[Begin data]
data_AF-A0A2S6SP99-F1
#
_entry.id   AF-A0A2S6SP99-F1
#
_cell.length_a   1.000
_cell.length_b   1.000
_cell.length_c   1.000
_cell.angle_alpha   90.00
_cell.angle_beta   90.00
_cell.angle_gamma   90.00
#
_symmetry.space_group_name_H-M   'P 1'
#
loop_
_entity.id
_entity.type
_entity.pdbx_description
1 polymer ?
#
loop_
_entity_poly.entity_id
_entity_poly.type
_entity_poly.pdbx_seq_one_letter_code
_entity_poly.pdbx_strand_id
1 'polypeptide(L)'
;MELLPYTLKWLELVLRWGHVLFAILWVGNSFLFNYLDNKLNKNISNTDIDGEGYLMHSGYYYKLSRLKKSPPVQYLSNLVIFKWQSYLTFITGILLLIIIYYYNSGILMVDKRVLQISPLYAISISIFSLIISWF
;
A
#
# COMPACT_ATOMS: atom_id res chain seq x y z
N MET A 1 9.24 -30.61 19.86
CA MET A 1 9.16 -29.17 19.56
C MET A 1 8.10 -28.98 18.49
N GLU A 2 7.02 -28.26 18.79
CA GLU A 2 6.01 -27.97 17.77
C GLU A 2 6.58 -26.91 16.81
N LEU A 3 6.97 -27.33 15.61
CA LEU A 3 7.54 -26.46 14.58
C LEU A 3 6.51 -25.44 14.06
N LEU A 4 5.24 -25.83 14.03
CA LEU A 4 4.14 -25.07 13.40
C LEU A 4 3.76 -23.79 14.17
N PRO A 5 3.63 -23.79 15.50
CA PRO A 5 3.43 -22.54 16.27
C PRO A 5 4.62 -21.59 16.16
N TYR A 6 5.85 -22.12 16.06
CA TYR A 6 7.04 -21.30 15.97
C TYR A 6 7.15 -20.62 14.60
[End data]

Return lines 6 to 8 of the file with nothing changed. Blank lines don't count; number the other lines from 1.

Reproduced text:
_cell.length_b   1.000
_cell.length_c   1.000
_cell.angle_alpha   90.00